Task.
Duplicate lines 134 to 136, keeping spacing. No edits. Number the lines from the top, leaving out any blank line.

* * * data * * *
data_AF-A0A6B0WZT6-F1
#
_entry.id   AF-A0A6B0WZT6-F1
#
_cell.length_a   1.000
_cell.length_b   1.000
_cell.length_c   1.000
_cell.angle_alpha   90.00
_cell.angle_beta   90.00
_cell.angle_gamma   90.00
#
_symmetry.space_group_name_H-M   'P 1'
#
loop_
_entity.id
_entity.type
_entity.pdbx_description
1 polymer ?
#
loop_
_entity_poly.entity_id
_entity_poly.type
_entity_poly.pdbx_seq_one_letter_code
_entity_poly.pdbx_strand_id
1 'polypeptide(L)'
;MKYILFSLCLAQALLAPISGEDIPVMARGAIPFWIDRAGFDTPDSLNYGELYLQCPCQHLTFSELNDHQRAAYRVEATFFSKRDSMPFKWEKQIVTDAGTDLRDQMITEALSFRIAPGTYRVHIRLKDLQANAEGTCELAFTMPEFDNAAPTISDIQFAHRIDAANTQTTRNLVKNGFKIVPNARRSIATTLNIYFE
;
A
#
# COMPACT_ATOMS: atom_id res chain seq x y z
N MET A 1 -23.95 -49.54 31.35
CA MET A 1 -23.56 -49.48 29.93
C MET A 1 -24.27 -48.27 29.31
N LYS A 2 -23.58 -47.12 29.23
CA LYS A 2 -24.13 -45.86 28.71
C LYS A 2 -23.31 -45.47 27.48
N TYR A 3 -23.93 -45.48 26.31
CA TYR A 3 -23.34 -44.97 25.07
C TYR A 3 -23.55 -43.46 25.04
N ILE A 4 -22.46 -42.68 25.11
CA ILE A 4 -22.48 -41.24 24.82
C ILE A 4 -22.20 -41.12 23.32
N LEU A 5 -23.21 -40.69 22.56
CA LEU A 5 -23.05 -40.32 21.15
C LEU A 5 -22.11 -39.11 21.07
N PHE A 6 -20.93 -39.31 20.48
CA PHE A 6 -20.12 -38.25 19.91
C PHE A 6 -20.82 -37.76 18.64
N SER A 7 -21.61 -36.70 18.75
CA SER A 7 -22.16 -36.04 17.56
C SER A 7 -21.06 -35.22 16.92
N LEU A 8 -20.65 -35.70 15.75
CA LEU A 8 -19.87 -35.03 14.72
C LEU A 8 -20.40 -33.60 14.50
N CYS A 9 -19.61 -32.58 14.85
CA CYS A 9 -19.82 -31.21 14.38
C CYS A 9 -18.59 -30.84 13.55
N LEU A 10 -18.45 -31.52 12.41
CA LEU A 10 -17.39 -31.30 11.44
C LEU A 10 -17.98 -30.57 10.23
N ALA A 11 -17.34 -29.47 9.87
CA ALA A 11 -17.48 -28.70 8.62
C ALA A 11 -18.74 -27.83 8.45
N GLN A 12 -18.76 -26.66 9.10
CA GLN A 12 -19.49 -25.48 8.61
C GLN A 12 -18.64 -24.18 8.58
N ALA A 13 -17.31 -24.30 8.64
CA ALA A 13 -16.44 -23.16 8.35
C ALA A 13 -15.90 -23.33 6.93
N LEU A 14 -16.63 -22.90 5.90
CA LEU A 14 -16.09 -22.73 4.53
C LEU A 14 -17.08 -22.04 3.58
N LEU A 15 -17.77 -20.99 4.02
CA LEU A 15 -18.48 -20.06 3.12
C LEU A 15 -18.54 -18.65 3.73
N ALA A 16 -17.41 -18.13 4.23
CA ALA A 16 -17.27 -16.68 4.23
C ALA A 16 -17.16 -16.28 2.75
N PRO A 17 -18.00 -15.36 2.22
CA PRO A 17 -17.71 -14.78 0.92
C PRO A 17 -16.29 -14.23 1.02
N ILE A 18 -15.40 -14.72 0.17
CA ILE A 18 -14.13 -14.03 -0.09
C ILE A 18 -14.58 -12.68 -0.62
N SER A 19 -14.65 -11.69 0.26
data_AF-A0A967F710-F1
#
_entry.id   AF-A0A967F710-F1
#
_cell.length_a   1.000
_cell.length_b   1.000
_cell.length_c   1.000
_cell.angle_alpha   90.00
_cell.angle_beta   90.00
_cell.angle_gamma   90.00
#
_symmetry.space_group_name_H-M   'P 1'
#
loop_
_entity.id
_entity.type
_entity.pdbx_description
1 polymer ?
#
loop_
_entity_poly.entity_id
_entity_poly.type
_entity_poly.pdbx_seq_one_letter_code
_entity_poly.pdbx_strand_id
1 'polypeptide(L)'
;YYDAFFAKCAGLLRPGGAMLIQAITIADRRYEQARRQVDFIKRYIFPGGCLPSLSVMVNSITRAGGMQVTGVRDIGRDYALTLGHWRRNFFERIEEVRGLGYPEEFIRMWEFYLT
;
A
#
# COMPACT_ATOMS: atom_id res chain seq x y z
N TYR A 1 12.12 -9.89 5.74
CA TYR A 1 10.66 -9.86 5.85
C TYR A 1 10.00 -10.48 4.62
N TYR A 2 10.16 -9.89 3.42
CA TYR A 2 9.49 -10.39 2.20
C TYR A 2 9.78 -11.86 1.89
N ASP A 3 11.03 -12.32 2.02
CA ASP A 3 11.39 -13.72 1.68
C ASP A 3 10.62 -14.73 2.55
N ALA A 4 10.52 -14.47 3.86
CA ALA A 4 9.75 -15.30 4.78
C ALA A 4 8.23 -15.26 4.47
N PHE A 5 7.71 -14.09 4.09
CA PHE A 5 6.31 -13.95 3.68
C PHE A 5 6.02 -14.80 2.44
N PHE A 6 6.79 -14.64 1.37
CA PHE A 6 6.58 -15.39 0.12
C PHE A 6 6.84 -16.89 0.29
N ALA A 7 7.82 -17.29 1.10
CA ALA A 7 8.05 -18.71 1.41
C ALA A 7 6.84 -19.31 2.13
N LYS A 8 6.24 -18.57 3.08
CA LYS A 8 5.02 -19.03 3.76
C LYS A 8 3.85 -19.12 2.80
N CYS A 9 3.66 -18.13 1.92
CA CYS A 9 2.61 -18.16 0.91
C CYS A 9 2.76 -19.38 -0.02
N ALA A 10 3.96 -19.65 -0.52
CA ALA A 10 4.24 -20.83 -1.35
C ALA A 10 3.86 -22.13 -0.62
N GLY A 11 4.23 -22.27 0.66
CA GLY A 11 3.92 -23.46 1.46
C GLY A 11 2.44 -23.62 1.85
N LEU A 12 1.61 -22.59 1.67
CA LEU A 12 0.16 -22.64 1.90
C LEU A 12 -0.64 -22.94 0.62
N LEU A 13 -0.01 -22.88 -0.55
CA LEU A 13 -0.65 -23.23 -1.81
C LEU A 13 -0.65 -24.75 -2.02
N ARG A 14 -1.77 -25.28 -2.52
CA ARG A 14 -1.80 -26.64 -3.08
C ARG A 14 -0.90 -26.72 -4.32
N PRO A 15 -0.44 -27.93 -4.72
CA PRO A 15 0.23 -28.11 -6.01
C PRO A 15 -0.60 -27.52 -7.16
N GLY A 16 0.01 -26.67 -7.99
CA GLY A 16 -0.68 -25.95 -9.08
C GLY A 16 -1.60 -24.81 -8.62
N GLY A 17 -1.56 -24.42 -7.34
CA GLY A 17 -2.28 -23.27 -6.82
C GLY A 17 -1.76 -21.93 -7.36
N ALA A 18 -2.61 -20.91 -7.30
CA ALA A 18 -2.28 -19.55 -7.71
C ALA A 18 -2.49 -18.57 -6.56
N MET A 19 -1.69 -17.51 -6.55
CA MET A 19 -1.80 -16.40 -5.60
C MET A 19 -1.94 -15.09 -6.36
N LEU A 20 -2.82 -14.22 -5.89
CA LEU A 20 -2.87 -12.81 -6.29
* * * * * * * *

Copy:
N ALA A 7 7.82 -17.29 1.10
CA ALA A 7 8.05 -18.71 1.41
C ALA A 7 6.84 -19.31 2.13